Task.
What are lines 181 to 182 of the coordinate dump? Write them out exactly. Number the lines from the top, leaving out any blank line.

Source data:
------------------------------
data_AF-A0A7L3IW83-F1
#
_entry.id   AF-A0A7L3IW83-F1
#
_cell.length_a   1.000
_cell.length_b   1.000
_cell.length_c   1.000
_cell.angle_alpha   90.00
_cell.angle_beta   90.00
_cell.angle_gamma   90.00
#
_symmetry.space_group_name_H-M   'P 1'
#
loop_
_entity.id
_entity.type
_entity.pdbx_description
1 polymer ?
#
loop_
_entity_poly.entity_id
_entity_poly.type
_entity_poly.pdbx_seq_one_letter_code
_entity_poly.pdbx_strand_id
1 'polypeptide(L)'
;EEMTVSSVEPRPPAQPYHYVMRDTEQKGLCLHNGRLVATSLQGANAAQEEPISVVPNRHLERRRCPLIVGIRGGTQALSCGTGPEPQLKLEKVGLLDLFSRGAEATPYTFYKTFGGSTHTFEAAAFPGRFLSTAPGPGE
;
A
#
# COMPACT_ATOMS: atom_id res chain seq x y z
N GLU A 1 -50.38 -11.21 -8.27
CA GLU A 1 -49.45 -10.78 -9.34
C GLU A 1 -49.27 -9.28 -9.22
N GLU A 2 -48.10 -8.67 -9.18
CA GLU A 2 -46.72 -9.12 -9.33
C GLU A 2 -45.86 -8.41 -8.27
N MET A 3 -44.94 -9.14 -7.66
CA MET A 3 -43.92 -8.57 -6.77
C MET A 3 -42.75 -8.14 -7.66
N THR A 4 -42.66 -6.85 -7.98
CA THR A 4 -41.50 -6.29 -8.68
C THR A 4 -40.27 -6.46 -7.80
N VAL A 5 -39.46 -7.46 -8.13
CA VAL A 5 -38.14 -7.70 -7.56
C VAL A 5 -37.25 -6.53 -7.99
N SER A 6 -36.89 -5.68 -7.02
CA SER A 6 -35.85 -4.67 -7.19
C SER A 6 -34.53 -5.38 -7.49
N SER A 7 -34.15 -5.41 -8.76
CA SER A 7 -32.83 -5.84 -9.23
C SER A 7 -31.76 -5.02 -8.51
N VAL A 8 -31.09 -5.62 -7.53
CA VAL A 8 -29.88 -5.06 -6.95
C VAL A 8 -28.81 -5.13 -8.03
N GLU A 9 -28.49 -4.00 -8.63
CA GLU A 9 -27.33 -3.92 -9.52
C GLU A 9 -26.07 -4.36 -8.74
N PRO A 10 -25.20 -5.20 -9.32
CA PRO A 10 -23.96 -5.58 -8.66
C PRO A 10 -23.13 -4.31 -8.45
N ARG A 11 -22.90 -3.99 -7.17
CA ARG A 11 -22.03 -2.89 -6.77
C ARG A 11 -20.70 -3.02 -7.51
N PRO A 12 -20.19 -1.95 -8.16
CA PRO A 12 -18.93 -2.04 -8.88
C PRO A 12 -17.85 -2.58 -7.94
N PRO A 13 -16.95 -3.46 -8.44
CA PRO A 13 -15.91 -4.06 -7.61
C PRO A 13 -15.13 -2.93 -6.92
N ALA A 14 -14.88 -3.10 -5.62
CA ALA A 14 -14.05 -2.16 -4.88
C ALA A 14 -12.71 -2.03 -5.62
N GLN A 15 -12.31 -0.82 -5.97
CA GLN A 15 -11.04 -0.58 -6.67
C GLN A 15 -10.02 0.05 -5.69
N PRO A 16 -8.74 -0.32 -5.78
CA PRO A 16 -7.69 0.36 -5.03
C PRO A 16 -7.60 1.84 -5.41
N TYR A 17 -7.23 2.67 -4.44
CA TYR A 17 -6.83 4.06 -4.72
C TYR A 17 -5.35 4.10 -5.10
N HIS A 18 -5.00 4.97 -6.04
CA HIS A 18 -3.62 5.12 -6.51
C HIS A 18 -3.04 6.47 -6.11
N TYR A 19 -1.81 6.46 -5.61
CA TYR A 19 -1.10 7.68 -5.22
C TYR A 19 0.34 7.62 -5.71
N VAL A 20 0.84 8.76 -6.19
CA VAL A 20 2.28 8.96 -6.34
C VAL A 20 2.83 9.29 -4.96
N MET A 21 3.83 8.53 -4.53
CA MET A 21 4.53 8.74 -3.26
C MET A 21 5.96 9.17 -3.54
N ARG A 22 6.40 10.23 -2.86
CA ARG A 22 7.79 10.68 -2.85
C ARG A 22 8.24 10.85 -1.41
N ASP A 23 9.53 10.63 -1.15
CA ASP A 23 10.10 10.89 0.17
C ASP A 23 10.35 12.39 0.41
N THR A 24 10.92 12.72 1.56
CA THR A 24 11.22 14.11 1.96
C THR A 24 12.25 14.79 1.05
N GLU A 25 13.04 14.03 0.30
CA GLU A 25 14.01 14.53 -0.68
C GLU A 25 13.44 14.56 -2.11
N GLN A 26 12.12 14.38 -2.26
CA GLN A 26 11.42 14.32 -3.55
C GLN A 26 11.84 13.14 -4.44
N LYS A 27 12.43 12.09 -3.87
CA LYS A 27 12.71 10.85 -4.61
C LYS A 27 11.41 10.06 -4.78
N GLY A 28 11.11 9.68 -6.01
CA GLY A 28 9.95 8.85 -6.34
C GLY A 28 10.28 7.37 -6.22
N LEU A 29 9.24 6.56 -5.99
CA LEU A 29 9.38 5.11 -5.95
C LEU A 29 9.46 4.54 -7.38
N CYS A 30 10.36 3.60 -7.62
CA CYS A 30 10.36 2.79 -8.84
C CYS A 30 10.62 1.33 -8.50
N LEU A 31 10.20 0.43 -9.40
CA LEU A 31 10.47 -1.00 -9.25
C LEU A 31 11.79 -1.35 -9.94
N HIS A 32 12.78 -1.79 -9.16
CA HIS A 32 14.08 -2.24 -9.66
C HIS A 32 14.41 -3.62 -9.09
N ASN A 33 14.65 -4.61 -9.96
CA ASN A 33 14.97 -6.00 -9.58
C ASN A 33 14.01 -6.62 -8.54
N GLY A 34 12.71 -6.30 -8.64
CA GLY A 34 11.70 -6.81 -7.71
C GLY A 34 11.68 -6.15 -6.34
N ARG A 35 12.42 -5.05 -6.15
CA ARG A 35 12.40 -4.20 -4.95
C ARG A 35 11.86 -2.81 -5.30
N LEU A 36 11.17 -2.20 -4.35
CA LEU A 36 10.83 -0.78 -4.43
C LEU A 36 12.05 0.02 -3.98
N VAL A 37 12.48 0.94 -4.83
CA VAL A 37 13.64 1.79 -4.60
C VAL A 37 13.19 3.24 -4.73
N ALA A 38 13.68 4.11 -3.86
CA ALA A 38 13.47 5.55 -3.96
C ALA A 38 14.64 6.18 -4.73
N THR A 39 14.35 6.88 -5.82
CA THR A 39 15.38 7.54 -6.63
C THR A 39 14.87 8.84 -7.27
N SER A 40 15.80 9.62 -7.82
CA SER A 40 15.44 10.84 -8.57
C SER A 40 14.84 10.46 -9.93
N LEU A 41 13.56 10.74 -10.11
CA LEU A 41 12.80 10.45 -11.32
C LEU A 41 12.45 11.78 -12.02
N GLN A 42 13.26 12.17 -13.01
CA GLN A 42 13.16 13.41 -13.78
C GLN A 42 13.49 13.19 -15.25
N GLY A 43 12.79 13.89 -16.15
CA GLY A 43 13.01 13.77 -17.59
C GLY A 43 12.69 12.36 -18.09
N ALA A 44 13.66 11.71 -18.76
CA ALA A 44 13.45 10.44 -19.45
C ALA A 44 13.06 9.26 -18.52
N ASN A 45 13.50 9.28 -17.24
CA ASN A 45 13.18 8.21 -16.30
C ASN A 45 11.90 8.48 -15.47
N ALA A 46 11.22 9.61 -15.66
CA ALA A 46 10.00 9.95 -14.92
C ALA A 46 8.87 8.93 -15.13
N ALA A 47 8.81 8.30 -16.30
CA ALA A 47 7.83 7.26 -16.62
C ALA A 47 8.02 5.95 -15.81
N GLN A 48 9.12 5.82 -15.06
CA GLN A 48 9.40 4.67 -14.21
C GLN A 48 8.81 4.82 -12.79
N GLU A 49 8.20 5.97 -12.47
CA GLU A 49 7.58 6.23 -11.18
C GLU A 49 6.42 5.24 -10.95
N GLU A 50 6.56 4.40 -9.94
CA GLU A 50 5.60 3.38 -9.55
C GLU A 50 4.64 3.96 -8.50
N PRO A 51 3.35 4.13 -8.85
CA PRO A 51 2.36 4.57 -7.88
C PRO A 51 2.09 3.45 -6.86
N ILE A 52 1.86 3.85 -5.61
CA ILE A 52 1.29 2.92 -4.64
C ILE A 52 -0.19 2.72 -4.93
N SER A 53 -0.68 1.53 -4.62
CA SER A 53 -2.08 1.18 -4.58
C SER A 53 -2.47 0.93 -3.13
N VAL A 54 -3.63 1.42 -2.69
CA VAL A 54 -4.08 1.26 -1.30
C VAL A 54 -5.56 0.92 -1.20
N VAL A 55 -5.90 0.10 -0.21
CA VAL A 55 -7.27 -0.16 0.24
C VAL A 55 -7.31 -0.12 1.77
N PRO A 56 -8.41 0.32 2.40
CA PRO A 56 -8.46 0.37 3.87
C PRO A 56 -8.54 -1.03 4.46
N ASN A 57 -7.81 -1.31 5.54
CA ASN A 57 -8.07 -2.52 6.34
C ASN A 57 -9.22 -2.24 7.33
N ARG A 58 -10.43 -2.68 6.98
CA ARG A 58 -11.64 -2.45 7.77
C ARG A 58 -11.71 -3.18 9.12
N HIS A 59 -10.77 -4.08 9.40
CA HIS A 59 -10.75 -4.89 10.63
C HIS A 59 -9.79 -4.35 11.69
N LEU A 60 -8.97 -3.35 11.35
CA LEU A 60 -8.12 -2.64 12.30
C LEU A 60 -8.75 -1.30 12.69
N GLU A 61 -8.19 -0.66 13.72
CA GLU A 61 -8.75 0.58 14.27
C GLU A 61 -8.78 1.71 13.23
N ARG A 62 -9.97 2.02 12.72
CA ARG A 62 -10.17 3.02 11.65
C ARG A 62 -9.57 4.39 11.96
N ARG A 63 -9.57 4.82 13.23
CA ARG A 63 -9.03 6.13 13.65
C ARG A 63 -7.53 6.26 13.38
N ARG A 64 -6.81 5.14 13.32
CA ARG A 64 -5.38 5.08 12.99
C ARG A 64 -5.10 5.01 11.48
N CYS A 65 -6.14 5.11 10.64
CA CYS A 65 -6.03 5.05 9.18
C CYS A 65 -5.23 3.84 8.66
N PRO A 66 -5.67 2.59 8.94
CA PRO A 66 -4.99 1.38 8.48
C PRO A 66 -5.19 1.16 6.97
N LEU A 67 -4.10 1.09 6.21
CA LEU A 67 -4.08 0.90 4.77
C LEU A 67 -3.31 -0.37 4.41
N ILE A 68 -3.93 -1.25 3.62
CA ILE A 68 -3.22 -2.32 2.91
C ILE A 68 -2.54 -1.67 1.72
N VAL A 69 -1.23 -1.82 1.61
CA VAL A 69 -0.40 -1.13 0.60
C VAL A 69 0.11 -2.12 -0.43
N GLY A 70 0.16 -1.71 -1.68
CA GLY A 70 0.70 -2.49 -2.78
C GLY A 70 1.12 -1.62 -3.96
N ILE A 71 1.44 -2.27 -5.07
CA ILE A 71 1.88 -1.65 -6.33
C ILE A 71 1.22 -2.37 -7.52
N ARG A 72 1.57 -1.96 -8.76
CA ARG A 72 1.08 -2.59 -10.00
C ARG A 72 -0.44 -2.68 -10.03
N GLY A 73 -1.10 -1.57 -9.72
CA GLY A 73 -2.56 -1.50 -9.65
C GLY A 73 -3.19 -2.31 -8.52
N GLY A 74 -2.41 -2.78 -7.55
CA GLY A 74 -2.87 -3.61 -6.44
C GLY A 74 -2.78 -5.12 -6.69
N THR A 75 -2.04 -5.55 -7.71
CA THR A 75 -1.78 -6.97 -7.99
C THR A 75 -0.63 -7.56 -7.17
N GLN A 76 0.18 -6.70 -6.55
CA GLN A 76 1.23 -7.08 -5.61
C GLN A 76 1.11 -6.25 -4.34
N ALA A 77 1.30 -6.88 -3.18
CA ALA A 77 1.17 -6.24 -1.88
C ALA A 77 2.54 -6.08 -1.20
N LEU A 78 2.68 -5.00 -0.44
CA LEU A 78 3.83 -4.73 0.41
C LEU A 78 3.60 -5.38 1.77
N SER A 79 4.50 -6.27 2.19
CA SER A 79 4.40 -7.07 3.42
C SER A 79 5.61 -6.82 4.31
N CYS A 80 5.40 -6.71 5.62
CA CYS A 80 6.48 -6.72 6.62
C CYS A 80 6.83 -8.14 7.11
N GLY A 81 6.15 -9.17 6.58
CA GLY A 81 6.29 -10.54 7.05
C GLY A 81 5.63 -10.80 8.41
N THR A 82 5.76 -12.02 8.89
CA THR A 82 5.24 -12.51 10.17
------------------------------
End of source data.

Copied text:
N PRO A 51 3.35 4.13 -8.85
CA PRO A 51 2.36 4.57 -7.88